Lynn Winter insists that she doesn't plan goofy and entertaining events at her restaurant just to bring in the media. But a lot of what she does winds up on the morning news or in the newspaper, and she's not complaining.
Winter owns Lynn's Paradise Café, an eclectic restaurant in Louisville, Ky., that holds such annual events as the New Year's Day pajama party brunch, and the Ugly Lamp Contest. Both events attract not only customers, but reporters.
"Press comes to us because we know how to have fun," Winter said. "If people would just relax and start having fun and letting their staff have fun, I do think they'd get more press. It sounds weird, but press wants unusual, wonderful fun things that are unique and original."
Winter's "unusual" offerings have been featured multiple major restaurant industry publications, and her Ugly Lamp contest garners media attention as a regular event at the Kentucky State Fair.
Mark Glover, an anchor for WEHT-TV in Evansville, Ind., said such coverage adds levity to the sometimes grim news lineup.
"Stations are always looking for fun, local events which can lighten up a newscast that too often can be bogged down with 'bad' news," Glover said. "A restaurant operator who can offer a station a cute, visual story involving local people certainly becomes a viable candidate for a story for that day's newscast. But I must stress the importance of visual opportunities."
"Nobody really cares that you are in business or that you're struggling to stay in business," said William Thompson, a professor of communications at the University of Louisville. "What they care about is that you are providing them with some type of story that fills up part of the news hole that day that gives information and ... entertainment for their audience that they would not otherwise have."
But We're Short-Staffed
Kerry McGee, managing editor of Louisville's WDRB-TV, pointed out that media outlet staff sizes are smaller than ever, and amassing the necessary bodies to cover an event is a challenge.
"News is not 'Dog bites man,' news is 'Man bites dog.' So what are you doing that is outside the box?"
Thompson, author of Targeting the Message: A Receiver-Centered Process for Public Relations, also agrees that visuals are highly valued.
Therefore, since assignment editors have to sift through piles of press releases every day, your story better be a good one or it won't get coverage. As McGee points out, "I and every other newsroom have finite resources to cover what seems sometimes to be an infinite number of stories or events."
He added that many TV stations work with as few as two crews for early-morning and late-night shifts. So if five events are scheduled at the same time, three won't get covered.
"If one of the events is a public relations deal for some local business (then) it is going to get less attention than something that might have a greater effect or interest to a larger part of my audience," McGee said.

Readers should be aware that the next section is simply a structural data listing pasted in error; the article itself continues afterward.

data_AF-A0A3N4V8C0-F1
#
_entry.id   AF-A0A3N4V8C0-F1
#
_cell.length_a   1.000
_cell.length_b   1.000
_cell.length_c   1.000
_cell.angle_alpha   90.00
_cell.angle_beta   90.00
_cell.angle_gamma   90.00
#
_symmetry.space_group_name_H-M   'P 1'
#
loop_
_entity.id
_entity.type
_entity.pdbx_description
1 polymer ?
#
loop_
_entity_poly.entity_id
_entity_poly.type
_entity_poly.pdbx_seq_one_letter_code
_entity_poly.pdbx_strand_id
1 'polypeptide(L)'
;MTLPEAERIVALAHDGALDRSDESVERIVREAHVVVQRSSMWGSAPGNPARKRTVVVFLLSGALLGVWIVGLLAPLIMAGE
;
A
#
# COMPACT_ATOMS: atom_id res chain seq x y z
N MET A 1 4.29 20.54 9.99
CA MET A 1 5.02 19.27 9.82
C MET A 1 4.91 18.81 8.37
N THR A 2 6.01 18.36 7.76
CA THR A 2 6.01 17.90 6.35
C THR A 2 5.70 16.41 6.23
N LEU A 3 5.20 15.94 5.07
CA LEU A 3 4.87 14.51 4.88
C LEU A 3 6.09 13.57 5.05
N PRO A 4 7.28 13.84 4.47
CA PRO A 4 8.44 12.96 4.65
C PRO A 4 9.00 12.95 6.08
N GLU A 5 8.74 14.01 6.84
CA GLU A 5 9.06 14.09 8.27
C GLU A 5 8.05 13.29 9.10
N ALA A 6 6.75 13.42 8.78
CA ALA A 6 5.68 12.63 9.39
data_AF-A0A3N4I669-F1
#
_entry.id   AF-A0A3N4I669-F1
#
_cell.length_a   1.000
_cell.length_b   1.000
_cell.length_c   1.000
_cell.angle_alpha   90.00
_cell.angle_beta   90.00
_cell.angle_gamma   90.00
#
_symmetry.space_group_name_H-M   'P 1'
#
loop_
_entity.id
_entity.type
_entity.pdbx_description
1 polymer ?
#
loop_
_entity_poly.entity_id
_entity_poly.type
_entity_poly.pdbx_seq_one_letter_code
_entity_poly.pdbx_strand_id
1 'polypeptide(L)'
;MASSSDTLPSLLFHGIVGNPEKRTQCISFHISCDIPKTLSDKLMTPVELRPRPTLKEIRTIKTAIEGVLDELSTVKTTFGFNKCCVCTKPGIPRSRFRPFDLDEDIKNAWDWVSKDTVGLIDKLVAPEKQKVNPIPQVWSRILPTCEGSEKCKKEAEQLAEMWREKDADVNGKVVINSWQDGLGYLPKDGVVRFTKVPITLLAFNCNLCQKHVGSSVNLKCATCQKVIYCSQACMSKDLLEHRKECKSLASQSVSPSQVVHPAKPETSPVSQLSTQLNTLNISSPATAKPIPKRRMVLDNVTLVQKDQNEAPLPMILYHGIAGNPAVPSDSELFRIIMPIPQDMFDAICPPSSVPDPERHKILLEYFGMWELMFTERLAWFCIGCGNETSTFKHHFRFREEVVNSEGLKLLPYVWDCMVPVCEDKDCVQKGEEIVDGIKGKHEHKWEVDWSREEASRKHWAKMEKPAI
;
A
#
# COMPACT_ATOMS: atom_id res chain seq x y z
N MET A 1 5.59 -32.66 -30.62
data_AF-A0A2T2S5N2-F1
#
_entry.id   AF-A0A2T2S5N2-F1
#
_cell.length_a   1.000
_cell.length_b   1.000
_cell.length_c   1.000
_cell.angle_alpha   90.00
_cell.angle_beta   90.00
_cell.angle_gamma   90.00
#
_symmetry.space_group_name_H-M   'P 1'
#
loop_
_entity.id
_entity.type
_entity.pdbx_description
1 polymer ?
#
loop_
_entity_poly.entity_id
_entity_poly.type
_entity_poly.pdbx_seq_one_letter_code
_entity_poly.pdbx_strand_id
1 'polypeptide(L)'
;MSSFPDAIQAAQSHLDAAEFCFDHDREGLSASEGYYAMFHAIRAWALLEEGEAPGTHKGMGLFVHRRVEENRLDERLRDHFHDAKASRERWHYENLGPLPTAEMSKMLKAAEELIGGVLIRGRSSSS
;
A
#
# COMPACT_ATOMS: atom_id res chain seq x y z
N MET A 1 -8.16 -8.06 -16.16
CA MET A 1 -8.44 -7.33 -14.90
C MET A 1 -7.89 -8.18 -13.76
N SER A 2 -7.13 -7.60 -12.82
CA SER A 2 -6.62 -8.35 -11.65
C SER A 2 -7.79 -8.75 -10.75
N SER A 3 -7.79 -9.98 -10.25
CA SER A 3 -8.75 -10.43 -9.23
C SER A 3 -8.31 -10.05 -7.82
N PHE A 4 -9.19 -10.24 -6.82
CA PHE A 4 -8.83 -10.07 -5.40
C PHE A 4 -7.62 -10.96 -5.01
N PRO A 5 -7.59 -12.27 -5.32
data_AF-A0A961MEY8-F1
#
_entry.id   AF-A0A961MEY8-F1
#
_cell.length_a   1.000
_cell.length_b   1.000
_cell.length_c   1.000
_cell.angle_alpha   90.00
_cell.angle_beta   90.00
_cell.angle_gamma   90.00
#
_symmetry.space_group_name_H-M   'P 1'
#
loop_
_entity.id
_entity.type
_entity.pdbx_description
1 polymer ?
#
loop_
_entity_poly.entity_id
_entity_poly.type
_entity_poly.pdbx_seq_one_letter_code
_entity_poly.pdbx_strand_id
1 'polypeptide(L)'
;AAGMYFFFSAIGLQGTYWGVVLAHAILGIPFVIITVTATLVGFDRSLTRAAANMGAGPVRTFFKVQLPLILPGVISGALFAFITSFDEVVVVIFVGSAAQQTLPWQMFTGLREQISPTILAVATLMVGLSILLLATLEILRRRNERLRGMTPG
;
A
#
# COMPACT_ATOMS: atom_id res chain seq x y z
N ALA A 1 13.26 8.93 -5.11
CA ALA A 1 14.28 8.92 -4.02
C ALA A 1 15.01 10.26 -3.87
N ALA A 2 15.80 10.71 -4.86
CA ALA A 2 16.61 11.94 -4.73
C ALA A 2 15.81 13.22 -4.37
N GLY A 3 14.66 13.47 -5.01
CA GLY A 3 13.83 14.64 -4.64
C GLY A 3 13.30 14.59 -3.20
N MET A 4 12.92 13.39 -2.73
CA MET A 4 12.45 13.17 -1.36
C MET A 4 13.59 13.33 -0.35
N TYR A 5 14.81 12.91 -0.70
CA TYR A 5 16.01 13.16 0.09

So just how can you get media attention? Winter says fun works for her. Thompson, on the other hand, suggests doing an event that benefits the community.
For example, instead of having a special promotion that knocks a dollar off every pizza, hold a daylong event where a dollar from every pizza sold goes to charity. Thompson said the operator should ask himself, "Is it going to be more useful to me to have the dollar go to the customer directly, or would that be more useful for me to give that money in some way to an audience in the community?"
If it benefits the community, he added, the media will often pick up on that.
Let 'em Know You're There
Making a media request stand out amid the hundreds of others becomes the next challenge. So do you send a pizza to each newspaper, television station and radio station? Do you call to see if they are interested, or just send a simple press release.
"The trick about getting the media is to communicate with them. Just tell them what you're doing, but don't do it to get their attention. Do it because it sounds great."
It depends on who you ask.
"I've gotten everything from stuffed animals to pizzas to health-food baskets," McGee said. "Food items are the most popular. They end up in the newsroom or the lunchroom for anyone to partake."
But do such perks influence McGee's choice as to whether his station covers an event?
"No. They don't fit into an eight-by-eleven expandable file folder, which is where I keep my upcoming news releases," McGee said.
But the truth is an assignment editor is human, and therefore less likely to forget the name of a pizzeria that just delivered three large pizzas for the crew. And since most assignment editors receive numerous press releases each day -- in some markets up to a 100, Thompson said -- it doesn't hurt to find ways to stand out.
"News is not 'Dog bites man,' " Thompson said. "News is 'Man bites dog.' So what are you doing that is outside the box? The (press) release will not sell the story. The release will get you to where people are contemplating whether you are going to have a story there or not."
Phone calls can also help, said WEHT-TV's Glover.
"Possibly a better approach would be to first contact the person the restaurant operator has built a relationship with at a station," Glover said. "Tell him or her what's going on, and then explain that a fax with his or her name attached is on its way. That way, the reporter can make sure the event or story idea gets the attention it deserves."
To put it simply, said Winter, if the event is worthy, the media will show up, no matter how you made contact.
"The trick about getting the media is to communicate with them," Winter said. "Just tell them what you're doing, but don't do it to get their attention. Do it because it sounds great."